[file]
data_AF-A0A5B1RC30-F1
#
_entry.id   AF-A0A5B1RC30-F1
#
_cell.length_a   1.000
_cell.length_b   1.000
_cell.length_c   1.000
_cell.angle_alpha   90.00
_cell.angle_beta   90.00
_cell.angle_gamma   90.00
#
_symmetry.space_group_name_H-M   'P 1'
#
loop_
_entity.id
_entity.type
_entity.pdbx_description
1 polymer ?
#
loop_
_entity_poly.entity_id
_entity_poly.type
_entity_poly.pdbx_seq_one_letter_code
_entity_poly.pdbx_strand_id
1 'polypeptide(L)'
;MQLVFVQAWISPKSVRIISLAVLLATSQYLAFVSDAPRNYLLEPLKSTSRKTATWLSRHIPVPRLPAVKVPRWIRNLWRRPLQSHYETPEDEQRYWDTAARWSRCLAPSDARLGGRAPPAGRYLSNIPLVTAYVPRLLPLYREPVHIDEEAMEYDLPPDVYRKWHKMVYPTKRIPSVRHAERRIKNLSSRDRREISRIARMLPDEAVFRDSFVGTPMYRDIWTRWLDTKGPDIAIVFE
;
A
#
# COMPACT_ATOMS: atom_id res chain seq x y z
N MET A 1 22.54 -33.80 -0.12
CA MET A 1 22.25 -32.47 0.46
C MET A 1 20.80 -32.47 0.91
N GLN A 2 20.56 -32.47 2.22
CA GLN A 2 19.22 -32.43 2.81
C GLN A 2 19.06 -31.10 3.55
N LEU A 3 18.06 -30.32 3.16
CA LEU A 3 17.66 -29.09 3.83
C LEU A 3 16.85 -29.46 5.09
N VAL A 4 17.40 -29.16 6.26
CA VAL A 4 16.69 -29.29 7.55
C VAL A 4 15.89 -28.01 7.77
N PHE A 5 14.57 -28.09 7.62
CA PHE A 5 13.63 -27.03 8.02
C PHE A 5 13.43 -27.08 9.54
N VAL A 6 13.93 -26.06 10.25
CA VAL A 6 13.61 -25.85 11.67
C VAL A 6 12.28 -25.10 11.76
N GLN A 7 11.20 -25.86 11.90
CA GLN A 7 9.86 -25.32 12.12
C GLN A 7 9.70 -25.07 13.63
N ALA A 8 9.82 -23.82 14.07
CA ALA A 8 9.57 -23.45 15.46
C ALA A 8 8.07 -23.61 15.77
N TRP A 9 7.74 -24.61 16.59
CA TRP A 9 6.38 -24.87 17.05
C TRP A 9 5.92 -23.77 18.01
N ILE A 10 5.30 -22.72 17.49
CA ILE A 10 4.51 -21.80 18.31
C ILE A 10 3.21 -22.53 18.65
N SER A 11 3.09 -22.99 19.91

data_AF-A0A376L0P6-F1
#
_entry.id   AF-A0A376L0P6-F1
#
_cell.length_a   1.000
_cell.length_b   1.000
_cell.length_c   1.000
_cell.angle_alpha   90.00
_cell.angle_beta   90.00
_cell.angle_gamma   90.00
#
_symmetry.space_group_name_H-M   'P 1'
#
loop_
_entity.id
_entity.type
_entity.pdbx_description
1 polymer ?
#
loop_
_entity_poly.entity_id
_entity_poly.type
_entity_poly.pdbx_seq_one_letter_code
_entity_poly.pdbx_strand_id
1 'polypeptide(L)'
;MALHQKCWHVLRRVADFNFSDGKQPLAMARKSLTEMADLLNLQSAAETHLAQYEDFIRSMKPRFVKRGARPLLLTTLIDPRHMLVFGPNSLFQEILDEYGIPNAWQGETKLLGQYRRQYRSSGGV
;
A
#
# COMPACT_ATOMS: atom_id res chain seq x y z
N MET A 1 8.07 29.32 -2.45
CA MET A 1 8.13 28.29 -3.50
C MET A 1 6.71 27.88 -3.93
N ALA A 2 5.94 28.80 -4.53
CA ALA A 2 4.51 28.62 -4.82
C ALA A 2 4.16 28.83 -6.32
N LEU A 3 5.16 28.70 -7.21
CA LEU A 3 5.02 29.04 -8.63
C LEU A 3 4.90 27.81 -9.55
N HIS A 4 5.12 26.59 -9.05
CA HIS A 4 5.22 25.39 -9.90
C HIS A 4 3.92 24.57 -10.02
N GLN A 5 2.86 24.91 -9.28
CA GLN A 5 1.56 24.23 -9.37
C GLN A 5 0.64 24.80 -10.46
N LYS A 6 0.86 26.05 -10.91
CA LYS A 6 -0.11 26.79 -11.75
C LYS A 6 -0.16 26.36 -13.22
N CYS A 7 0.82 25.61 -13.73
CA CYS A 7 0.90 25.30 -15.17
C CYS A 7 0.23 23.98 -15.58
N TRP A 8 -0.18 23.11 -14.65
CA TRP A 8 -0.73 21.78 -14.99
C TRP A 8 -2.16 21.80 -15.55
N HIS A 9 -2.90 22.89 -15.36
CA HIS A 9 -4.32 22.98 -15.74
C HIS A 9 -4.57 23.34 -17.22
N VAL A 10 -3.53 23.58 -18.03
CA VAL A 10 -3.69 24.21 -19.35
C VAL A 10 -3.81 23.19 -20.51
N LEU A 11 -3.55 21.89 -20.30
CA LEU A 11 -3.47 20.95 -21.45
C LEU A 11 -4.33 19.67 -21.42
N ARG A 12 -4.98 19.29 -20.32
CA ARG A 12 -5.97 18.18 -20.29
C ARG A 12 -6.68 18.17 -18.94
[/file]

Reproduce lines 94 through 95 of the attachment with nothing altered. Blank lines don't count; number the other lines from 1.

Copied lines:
C MET A 1 6.71 27.88 -3.93
N ALA A 2 5.94 28.80 -4.53